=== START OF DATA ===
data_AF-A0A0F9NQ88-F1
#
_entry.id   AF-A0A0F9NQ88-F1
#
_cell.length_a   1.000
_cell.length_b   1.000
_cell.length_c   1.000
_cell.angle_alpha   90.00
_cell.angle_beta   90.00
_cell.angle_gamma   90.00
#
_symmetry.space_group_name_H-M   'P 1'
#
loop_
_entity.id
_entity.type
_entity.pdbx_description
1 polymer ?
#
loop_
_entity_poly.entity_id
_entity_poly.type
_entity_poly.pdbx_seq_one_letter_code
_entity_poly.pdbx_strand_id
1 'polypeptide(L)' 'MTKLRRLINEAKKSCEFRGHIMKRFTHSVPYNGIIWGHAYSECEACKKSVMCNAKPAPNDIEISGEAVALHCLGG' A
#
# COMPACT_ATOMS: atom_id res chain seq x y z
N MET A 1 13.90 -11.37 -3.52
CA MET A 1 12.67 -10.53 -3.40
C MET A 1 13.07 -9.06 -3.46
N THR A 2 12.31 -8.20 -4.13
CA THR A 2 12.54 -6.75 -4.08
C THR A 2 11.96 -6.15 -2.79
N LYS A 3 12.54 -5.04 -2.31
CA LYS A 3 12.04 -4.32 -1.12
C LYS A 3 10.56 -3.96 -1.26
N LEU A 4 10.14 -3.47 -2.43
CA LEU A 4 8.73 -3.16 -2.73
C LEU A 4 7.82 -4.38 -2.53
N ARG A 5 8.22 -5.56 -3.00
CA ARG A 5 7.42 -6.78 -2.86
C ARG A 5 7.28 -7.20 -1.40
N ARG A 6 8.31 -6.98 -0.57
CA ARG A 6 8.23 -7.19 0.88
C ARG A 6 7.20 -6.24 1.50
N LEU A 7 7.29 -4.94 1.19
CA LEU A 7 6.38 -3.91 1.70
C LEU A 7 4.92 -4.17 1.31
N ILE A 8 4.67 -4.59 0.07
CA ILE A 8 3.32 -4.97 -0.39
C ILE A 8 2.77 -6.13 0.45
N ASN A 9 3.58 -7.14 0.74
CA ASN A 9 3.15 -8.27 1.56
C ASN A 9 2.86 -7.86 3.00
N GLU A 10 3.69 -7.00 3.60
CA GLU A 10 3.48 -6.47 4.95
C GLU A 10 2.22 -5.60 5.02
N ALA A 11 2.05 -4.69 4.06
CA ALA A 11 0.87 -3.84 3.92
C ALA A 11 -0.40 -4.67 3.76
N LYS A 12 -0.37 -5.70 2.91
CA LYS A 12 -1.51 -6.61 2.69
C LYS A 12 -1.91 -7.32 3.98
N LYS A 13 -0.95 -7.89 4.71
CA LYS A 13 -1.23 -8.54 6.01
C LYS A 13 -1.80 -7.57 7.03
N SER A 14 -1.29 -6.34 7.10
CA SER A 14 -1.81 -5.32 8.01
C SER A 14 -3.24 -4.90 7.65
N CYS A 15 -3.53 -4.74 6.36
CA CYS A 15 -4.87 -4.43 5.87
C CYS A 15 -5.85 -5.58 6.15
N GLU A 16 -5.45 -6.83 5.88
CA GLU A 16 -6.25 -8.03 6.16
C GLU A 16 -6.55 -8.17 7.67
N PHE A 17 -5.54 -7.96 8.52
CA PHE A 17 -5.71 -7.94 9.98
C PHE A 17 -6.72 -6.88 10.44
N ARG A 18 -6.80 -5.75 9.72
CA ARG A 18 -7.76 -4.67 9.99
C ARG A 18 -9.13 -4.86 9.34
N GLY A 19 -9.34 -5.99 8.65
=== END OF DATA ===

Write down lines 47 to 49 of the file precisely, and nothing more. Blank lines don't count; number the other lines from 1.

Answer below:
CA LEU A 7 6.38 -3.91 1.70
C LEU A 7 4.92 -4.17 1.31
N ILE A 8 4.67 -4.59 0.07